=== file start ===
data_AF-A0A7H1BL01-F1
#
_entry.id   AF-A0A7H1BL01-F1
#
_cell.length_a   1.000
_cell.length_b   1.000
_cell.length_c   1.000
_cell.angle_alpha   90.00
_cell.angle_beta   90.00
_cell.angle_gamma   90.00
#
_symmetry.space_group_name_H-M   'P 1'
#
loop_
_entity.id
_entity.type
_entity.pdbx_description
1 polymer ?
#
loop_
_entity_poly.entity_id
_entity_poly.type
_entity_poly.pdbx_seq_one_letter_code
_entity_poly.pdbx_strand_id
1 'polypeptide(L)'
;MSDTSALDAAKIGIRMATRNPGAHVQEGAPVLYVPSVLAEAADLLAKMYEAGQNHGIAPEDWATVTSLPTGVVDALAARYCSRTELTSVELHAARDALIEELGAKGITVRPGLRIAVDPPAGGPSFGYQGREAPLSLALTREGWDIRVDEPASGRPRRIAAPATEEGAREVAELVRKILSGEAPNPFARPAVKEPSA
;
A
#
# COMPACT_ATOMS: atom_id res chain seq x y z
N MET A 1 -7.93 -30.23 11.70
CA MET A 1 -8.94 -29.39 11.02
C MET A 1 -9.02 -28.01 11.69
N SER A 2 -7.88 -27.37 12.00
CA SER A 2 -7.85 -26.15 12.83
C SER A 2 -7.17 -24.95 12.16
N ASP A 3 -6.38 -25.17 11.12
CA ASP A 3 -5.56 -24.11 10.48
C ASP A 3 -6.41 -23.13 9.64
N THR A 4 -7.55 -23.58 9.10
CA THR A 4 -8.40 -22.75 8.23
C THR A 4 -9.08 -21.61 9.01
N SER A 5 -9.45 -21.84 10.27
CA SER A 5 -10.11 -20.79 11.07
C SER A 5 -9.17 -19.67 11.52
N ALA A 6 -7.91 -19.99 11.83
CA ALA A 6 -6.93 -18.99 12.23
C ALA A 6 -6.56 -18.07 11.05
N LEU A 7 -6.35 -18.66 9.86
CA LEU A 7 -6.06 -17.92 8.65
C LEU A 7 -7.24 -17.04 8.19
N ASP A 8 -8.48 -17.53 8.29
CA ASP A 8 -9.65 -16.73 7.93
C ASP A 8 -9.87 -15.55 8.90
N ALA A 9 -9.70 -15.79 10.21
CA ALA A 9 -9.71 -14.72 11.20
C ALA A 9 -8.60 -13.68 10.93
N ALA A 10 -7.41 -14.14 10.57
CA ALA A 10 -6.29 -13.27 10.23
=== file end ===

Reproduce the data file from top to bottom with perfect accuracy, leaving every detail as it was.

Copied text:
data_AF-A0A7H1BL01-F1
#
_entry.id   AF-A0A7H1BL01-F1
#
_cell.length_a   1.000
_cell.length_b   1.000
_cell.length_c   1.000
_cell.angle_alpha   90.00
_cell.angle_beta   90.00
_cell.angle_gamma   90.00
#
_symmetry.space_group_name_H-M   'P 1'
#
loop_
_entity.id
_entity.type
_entity.pdbx_description
1 polymer ?
#
loop_
_entity_poly.entity_id
_entity_poly.type
_entity_poly.pdbx_seq_one_letter_code
_entity_poly.pdbx_strand_id
1 'polypeptide(L)'
;MSDTSALDAAKIGIRMATRNPGAHVQEGAPVLYVPSVLAEAADLLAKMYEAGQNHGIAPEDWATVTSLPTGVVDALAARYCSRTELTSVELHAARDALIEELGAKGITVRPGLRIAVDPPAGGPSFGYQGREAPLSLALTREGWDIRVDEPASGRPRRIAAPATEEGAREVAELVRKILSGEAPNPFARPAVKEPSA
;
A
#
# COMPACT_ATOMS: atom_id res chain seq x y z
N MET A 1 -7.93 -30.23 11.70
CA MET A 1 -8.94 -29.39 11.02
C MET A 1 -9.02 -28.01 11.69
N SER A 2 -7.88 -27.37 12.00
CA SER A 2 -7.85 -26.15 12.83
C SER A 2 -7.17 -24.95 12.16
N ASP A 3 -6.38 -25.17 11.12
CA ASP A 3 -5.56 -24.11 10.48
C ASP A 3 -6.41 -23.13 9.64
N THR A 4 -7.55 -23.58 9.10
CA THR A 4 -8.40 -22.75 8.23
C THR A 4 -9.08 -21.61 9.01
N SER A 5 -9.45 -21.84 10.27
CA SER A 5 -10.11 -20.79 11.07
C SER A 5 -9.17 -19.67 11.52
N ALA A 6 -7.91 -19.99 11.83
CA ALA A 6 -6.93 -18.99 12.23
C ALA A 6 -6.56 -18.07 11.05
N LEU A 7 -6.35 -18.66 9.86
CA LEU A 7 -6.06 -17.92 8.65
C LEU A 7 -7.24 -17.04 8.19
N ASP A 8 -8.48 -17.53 8.29
CA ASP A 8 -9.65 -16.73 7.93
C ASP A 8 -9.87 -15.55 8.90
N ALA A 9 -9.70 -15.79 10.21
CA ALA A 9 -9.71 -14.72 11.20
C ALA A 9 -8.60 -13.68 10.93
N ALA A 10 -7.41 -14.14 10.57
CA ALA A 10 -6.29 -13.27 10.23